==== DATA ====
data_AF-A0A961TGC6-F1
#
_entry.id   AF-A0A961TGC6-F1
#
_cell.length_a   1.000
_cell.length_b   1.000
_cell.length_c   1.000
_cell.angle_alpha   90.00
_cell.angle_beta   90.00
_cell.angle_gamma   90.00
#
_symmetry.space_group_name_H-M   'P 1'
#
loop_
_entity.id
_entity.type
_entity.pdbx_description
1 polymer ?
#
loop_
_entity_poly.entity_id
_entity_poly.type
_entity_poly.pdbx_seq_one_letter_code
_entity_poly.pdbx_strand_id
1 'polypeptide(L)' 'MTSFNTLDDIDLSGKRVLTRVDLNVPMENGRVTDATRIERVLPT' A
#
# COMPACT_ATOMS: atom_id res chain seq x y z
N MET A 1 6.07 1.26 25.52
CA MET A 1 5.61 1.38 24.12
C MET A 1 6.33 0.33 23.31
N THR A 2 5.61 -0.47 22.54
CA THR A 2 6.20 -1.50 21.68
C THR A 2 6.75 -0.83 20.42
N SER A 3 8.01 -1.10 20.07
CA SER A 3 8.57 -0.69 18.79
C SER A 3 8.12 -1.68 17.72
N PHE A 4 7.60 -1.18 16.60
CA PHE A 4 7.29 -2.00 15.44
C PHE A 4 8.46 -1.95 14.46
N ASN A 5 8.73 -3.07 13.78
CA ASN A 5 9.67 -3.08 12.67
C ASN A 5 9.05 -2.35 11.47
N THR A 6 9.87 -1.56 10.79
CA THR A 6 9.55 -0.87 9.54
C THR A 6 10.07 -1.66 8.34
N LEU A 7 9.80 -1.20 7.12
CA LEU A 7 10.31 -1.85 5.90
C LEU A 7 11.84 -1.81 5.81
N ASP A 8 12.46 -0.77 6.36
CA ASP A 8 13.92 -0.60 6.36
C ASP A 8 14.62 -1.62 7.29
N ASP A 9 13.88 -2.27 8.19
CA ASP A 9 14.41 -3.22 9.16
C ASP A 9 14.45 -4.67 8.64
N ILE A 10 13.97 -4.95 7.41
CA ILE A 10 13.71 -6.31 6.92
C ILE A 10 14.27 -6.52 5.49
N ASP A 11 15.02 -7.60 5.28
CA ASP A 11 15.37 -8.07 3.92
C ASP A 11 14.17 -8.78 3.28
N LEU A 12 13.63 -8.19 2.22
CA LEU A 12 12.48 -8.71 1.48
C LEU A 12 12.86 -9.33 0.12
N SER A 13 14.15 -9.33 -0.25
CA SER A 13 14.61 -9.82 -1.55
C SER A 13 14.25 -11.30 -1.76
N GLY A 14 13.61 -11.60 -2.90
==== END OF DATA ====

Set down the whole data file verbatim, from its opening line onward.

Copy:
data_AF-A0A961TGC6-F1
#
_entry.id   AF-A0A961TGC6-F1
#
_cell.length_a   1.000
_cell.length_b   1.000
_cell.length_c   1.000
_cell.angle_alpha   90.00
_cell.angle_beta   90.00
_cell.angle_gamma   90.00
#
_symmetry.space_group_name_H-M   'P 1'
#
loop_
_entity.id
_entity.type
_entity.pdbx_description
1 polymer ?
#
loop_
_entity_poly.entity_id
_entity_poly.type
_entity_poly.pdbx_seq_one_letter_code
_entity_poly.pdbx_strand_id
1 'polypeptide(L)' 'MTSFNTLDDIDLSGKRVLTRVDLNVPMENGRVTDATRIERVLPT' A
#
# COMPACT_ATOMS: atom_id res chain seq x y z
N MET A 1 6.07 1.26 25.52
CA MET A 1 5.61 1.38 24.12
C MET A 1 6.33 0.33 23.31
N THR A 2 5.61 -0.47 22.54
CA THR A 2 6.20 -1.50 21.68
C THR A 2 6.75 -0.83 20.42
N SER A 3 8.01 -1.10 20.07
CA SER A 3 8.57 -0.69 18.79
C SER A 3 8.12 -1.68 17.72
N PHE A 4 7.60 -1.18 16.60
CA PHE A 4 7.29 -2.00 15.44
C PHE A 4 8.46 -1.95 14.46
N ASN A 5 8.73 -3.07 13.78
CA ASN A 5 9.67 -3.08 12.67
C ASN A 5 9.05 -2.35 11.47
N THR A 6 9.87 -1.56 10.79
CA THR A 6 9.55 -0.87 9.54
C THR A 6 10.07 -1.66 8.34
N LEU A 7 9.80 -1.20 7.12
CA LEU A 7 10.31 -1.85 5.90
C LEU A 7 11.84 -1.81 5.81
N ASP A 8 12.46 -0.77 6.36
CA ASP A 8 13.92 -0.60 6.36
C ASP A 8 14.62 -1.62 7.29
N ASP A 9 13.88 -2.27 8.19
CA ASP A 9 14.41 -3.22 9.16
C ASP A 9 14.45 -4.67 8.64
N ILE A 10 13.97 -4.95 7.41
CA ILE A 10 13.71 -6.31 6.92
C ILE A 10 14.27 -6.52 5.49
N ASP A 11 15.02 -7.60 5.28
CA ASP A 11 15.37 -8.07 3.92
C ASP A 11 14.17 -8.78 3.28
N LEU A 12 13.63 -8.19 2.22
CA LEU A 12 12.48 -8.71 1.48
C LEU A 12 12.86 -9.33 0.12
N SER A 13 14.15 -9.33 -0.25
CA SER A 13 14.61 -9.82 -1.55
C SER A 13 14.25 -11.30 -1.76
N GLY A 14 13.61 -11.60 -2.90